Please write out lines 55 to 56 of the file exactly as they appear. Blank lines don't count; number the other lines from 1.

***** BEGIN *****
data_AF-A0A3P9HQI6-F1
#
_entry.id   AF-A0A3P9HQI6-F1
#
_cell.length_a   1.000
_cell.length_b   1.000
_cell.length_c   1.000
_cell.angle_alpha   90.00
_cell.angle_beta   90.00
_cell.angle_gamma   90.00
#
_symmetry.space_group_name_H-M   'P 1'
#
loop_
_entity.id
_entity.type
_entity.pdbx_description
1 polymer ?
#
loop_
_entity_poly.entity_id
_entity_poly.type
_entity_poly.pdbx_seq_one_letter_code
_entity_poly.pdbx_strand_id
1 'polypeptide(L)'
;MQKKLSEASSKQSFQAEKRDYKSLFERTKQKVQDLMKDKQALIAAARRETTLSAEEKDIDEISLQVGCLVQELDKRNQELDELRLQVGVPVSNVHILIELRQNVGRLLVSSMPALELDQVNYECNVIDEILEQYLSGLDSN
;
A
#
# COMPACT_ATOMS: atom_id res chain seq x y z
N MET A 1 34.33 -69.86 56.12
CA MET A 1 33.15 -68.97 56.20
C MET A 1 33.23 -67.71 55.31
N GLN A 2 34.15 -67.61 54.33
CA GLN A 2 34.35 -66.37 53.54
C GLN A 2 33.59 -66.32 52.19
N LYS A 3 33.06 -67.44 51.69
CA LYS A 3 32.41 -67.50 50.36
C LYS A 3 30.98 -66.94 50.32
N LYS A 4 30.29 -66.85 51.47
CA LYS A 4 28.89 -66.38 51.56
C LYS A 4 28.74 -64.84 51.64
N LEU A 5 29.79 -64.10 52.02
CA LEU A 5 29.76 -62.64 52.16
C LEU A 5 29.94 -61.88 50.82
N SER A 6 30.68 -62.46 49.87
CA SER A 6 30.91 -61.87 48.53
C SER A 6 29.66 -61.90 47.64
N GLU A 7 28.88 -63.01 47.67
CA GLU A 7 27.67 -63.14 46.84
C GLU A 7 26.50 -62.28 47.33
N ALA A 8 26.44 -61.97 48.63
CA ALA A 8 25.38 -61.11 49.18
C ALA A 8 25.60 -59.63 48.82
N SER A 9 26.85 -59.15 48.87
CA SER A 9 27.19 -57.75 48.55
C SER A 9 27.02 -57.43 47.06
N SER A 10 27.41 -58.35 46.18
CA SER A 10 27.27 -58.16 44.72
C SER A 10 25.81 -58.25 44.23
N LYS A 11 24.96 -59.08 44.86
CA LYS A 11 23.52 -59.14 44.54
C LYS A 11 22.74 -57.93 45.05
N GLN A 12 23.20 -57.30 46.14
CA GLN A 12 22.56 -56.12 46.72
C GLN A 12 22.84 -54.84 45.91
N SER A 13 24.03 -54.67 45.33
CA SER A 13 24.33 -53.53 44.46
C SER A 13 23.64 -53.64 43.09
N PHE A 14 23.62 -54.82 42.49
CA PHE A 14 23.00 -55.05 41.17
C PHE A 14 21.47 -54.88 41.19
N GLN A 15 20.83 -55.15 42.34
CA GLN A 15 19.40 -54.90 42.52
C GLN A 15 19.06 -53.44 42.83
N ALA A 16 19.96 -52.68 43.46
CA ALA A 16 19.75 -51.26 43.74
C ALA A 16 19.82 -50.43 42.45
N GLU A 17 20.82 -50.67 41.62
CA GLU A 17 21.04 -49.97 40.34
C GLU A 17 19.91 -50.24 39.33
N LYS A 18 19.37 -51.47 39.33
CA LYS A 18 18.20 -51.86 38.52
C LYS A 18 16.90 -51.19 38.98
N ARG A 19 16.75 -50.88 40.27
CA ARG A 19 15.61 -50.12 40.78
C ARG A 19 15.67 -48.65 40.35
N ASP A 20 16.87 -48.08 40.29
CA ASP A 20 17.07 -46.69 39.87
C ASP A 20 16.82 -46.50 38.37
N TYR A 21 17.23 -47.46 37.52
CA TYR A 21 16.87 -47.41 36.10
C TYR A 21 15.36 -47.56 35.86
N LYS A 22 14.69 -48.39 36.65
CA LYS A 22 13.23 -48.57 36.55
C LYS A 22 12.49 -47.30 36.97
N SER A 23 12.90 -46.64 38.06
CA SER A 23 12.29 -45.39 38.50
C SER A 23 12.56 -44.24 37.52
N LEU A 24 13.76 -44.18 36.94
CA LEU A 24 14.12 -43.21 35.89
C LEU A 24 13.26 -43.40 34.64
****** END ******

N SER A 9 26.85 -59.15 48.87
CA SER A 9 27.19 -57.75 48.55